The civil rights groups originally sued the governor and secretary of state in March to extend the vote-by-mail deadline for the presidential primary to encourage voters to follow social-distancing guidelines. The initial complaint fell on deaf ears, however, as Florida was one of a few states that did not postpone their primaries. In-person voting continued as usual, and two Broward County poll workers later tested positive for COVID-19.
The activists amended their complaint this month to focus on changing protocols for the upcoming elections and to add a group of new plaintiffs, including the LGBTQ+ youth advocacy group Zebra Coalition and Young, who is president of the Florida Council of the Blind.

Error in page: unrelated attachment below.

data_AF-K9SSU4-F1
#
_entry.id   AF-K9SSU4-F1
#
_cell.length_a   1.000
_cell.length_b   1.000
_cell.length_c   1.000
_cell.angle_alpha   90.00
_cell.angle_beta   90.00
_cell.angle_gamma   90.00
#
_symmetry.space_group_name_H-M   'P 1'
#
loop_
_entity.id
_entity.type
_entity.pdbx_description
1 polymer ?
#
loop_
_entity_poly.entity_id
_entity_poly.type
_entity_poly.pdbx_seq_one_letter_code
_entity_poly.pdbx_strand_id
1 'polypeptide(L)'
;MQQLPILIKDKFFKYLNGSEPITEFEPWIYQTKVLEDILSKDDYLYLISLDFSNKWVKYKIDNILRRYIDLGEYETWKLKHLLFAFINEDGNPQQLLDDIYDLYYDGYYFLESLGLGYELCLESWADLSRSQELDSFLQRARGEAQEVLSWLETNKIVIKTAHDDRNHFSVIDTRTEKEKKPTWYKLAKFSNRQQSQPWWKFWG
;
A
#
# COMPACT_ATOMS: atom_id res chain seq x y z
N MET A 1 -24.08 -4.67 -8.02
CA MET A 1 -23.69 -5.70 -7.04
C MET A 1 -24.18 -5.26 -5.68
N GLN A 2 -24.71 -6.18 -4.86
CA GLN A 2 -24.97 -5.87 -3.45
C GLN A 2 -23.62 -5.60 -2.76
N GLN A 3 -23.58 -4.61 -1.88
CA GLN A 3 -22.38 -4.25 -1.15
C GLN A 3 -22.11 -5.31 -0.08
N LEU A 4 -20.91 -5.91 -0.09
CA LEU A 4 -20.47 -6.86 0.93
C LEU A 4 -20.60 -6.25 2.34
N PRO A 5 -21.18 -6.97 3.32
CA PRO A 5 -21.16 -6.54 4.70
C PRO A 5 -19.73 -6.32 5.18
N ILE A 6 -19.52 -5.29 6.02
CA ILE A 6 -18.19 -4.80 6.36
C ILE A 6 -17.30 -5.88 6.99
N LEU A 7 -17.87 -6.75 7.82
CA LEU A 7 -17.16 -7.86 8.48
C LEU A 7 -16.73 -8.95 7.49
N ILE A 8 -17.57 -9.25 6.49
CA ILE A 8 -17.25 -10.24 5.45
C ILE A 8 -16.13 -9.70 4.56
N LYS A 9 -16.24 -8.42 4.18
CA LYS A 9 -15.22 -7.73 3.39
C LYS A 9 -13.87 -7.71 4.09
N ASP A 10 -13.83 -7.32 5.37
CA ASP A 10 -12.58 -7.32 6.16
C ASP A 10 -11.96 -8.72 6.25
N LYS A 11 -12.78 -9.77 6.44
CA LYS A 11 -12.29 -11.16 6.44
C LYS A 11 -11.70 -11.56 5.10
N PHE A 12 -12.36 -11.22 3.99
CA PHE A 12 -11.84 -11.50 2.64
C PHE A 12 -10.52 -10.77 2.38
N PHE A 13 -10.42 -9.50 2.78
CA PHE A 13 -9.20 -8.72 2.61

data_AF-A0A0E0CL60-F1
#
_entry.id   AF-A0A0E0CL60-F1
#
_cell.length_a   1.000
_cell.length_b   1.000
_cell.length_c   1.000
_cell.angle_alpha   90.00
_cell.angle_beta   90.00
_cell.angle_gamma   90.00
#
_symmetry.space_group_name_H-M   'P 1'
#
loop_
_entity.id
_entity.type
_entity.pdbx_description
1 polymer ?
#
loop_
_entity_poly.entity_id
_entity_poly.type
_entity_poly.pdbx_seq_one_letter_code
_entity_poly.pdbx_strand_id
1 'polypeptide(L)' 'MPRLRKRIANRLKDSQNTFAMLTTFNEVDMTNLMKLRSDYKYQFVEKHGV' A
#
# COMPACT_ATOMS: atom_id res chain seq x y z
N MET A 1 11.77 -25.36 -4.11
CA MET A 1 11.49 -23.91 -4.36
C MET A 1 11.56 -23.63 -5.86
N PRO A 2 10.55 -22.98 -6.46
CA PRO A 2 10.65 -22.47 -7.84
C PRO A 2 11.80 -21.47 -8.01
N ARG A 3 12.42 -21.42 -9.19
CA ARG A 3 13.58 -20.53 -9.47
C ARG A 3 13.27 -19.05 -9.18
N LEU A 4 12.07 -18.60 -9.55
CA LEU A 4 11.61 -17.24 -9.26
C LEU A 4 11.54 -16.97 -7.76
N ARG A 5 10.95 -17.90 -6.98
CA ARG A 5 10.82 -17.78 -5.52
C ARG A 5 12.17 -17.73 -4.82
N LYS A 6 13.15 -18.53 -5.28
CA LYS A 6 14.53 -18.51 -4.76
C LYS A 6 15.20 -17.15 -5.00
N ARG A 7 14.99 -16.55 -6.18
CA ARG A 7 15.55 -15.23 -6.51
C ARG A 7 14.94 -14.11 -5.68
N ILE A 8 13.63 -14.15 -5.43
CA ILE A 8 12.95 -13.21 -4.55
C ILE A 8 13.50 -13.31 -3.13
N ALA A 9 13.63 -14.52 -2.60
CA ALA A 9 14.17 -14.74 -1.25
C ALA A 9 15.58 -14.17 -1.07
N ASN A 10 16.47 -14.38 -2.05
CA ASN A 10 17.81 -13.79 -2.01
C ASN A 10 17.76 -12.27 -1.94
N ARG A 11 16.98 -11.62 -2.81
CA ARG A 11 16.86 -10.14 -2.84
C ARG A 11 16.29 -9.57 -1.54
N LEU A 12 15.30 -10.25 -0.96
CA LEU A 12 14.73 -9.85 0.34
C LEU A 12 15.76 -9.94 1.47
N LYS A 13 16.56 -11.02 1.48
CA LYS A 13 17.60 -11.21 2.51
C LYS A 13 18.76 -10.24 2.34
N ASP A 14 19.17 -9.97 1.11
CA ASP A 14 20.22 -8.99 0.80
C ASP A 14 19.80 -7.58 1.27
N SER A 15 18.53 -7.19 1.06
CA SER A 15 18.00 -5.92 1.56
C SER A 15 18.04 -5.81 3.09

The new complaint expands the scope of the lawsuit to demand that the state provide more options for people with disabilities and language barriers, expand early voting locations and dates, provide a better online voter registration system, and improve the vote-by-mail process so that it doesn't disenfranchise groups who have historically had their mailed ballots rejected.[...]
"Vote by mail is not equally accessible to all voters. People are being left out," says Stuart Naifeh, senior counsel for the political think tank Demos and an attorney for the plaintiffs.